I know that I would rather die than go back to the classroom as a teacher—not in the caustic environment that exists in public education in the United States today that is all about punishment and blame aimed mostly at teachers no matter how hard they work and what challenges they face.

      2. Yeah. The more I am out of that jungle, the less inclined I am to go back. The only temptation is the money. Nothing else.
        I did not realise that the teaching environment in the US is that bad.

      3. If you have enough money to survive on comfortably, don’t let the money trap you in an environment that might eat you. I think that most of the corporate world is a flesh eating jungle.

        Yes, the teaching envinroment in the US is much worse than you might imagine. For a peek at how bad it is, I suggest you read this post that came out today on Diane Ravitch’s Blog. Ravitch is leading the resistance and helping it organize to fight back against the corporate manufactured crises in public education. Ravitch is a former assistant secretory of education for the U.S. under G. W. Bush. When she discovered what was going on, she did a 180 degree shift and became a whistle blower to the public so they could learn what was going on behind their backs. Now she is a national leader of the resistance to save the public schools.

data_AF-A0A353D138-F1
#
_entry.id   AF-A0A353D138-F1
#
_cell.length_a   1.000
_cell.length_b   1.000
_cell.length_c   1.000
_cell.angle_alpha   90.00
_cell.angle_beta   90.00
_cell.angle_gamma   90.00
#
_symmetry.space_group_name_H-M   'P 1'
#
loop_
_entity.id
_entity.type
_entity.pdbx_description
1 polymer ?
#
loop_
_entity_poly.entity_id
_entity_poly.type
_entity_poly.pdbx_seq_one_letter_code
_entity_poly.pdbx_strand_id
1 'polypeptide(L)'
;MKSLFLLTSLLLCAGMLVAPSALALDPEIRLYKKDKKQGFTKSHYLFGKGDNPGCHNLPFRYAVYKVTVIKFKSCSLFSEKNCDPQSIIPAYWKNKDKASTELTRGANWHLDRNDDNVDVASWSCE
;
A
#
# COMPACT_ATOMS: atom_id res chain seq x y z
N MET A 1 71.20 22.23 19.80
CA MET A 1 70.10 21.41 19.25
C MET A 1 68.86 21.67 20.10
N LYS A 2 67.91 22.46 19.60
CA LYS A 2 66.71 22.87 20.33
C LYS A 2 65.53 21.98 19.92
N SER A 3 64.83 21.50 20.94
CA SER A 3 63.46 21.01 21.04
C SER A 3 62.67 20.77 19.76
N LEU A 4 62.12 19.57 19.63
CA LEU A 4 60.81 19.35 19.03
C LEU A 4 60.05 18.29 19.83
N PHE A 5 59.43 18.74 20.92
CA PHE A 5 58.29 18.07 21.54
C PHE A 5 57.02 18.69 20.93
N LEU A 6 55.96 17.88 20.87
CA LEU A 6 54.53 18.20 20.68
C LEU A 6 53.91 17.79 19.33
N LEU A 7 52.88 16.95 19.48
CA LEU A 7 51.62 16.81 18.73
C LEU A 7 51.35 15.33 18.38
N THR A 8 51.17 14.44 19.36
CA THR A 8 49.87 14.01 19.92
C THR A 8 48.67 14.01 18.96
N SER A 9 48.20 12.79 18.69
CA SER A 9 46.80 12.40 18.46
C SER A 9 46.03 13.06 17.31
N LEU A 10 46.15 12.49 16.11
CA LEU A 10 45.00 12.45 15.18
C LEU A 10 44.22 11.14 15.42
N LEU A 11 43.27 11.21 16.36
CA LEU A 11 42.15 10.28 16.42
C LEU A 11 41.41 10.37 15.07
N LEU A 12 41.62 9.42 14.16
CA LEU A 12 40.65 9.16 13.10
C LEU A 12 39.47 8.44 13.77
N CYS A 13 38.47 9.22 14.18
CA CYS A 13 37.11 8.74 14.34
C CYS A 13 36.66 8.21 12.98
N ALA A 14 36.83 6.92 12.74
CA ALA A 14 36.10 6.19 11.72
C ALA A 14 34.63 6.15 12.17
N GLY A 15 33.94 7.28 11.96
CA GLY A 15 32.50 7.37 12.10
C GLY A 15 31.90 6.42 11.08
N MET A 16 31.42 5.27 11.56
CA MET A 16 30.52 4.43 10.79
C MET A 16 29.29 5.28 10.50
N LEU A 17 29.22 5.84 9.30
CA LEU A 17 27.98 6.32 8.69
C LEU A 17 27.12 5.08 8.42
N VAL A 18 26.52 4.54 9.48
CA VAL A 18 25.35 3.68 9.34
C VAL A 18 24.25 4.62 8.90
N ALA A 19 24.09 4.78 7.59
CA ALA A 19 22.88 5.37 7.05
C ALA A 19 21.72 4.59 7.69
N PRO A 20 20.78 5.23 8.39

The public schools in the US are funded mostly by taxes in each state and the total adds up to about one trillion US dollars annually. The fake education reformers have been trying to get their hands on that money for decades and under Presidents G.W. Bush and Obama, they finally have what they have always wanted, an open door to destroy the public education system in the US and turn the children over to corporations and religions to profit off taxpayers. With the private sector in charge of teaching our children, the US Constitution and the Bill of Rights won’t protect the children and parents rights to be parents. The U.S. Constitution and Bill of Rights was written to protect the people from the government and not corporations. Once the democratic public schools are gone, parents will lose many of their rights to raise their children as they want and corporations run by CEOs will be in charge.

        We are seeing the democratically run, transparent public schools being replaced by opaque, profit driven corporate run Charter schools in cities and states. So far the corporate fake reform movement has gained control in North Caroline, Florida and a number of cities. A few states slammed the door on this movement but most were bought off by hundreds of millions of dollars in grants—really bribes—that mostly came from Bill Gates who has partnered with Obama’s White House to destroy the democratic public schools.